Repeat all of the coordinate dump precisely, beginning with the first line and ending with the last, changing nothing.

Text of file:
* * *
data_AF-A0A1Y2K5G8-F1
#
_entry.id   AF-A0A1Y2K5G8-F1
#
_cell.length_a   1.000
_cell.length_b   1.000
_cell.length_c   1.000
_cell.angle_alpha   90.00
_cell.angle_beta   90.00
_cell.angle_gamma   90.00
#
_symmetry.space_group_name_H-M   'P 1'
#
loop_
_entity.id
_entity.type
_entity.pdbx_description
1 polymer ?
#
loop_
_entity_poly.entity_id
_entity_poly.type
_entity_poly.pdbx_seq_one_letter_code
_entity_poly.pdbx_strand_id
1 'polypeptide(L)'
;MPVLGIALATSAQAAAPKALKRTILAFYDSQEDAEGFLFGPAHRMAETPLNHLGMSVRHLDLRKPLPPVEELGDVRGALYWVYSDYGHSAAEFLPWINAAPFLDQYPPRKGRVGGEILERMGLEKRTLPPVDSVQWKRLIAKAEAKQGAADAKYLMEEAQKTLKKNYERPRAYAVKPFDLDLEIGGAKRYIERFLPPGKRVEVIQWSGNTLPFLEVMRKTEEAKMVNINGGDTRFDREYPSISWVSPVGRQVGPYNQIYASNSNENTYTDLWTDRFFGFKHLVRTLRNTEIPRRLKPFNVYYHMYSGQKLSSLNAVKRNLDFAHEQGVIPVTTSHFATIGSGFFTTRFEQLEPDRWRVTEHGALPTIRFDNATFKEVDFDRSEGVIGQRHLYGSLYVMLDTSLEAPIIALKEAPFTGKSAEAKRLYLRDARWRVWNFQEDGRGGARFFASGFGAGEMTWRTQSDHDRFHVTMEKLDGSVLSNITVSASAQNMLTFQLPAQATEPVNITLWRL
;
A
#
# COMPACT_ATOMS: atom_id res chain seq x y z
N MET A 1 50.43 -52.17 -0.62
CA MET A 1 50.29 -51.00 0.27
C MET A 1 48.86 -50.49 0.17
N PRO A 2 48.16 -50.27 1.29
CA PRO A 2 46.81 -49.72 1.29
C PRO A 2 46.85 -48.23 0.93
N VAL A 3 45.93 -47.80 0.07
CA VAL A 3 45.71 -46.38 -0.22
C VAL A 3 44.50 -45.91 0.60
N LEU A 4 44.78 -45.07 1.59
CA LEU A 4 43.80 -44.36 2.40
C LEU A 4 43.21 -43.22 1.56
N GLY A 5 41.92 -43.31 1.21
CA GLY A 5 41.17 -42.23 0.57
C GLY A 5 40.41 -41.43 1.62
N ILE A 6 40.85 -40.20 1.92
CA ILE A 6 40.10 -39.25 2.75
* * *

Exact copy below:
data_AF-A0A1Y2K5G8-F1
#
_entry.id   AF-A0A1Y2K5G8-F1
#
_cell.length_a   1.000
_cell.length_b   1.000
_cell.length_c   1.000
_cell.angle_alpha   90.00
_cell.angle_beta   90.00
_cell.angle_gamma   90.00
#
_symmetry.space_group_name_H-M   'P 1'
#
loop_
_entity.id
_entity.type
_entity.pdbx_description
1 polymer ?
#
loop_
_entity_poly.entity_id
_entity_poly.type
_entity_poly.pdbx_seq_one_letter_code
_entity_poly.pdbx_strand_id
1 'polypeptide(L)'
;MPVLGIALATSAQAAAPKALKRTILAFYDSQEDAEGFLFGPAHRMAETPLNHLGMSVRHLDLRKPLPPVEELGDVRGALYWVYSDYGHSAAEFLPWINAAPFLDQYPPRKGRVGGEILERMGLEKRTLPPVDSVQWKRLIAKAEAKQGAADAKYLMEEAQKTLKKNYERPRAYAVKPFDLDLEIGGAKRYIERFLPPGKRVEVIQWSGNTLPFLEVMRKTEEAKMVNINGGDTRFDREYPSISWVSPVGRQVGPYNQIYASNSNENTYTDLWTDRFFGFKHLVRTLRNTEIPRRLKPFNVYYHMYSGQKLSSLNAVKRNLDFAHEQGVIPVTTSHFATIGSGFFTTRFEQLEPDRWRVTEHGALPTIRFDNATFKEVDFDRSEGVIGQRHLYGSLYVMLDTSLEAPIIALKEAPFTGKSAEAKRLYLRDARWRVWNFQEDGRGGARFFASGFGAGEMTWRTQSDHDRFHVTMEKLDGSVLSNITVSASAQNMLTFQLPAQATEPVNITLWRL
;
A
#
# COMPACT_ATOMS: atom_id res chain seq x y z
N MET A 1 50.43 -52.17 -0.62
CA MET A 1 50.29 -51.00 0.27
C MET A 1 48.86 -50.49 0.17
N PRO A 2 48.16 -50.27 1.29
CA PRO A 2 46.81 -49.72 1.29
C PRO A 2 46.85 -48.23 0.93
N VAL A 3 45.93 -47.80 0.07
CA VAL A 3 45.71 -46.38 -0.22
C VAL A 3 44.50 -45.91 0.60
N LEU A 4 44.78 -45.07 1.59
CA LEU A 4 43.80 -44.36 2.40
C LEU A 4 43.21 -43.22 1.56
N GLY A 5 41.92 -43.31 1.21
CA GLY A 5 41.17 -42.23 0.57
C GLY A 5 40.41 -41.43 1.62
N ILE A 6 40.85 -40.20 1.92
CA ILE A 6 40.10 -39.25 2.75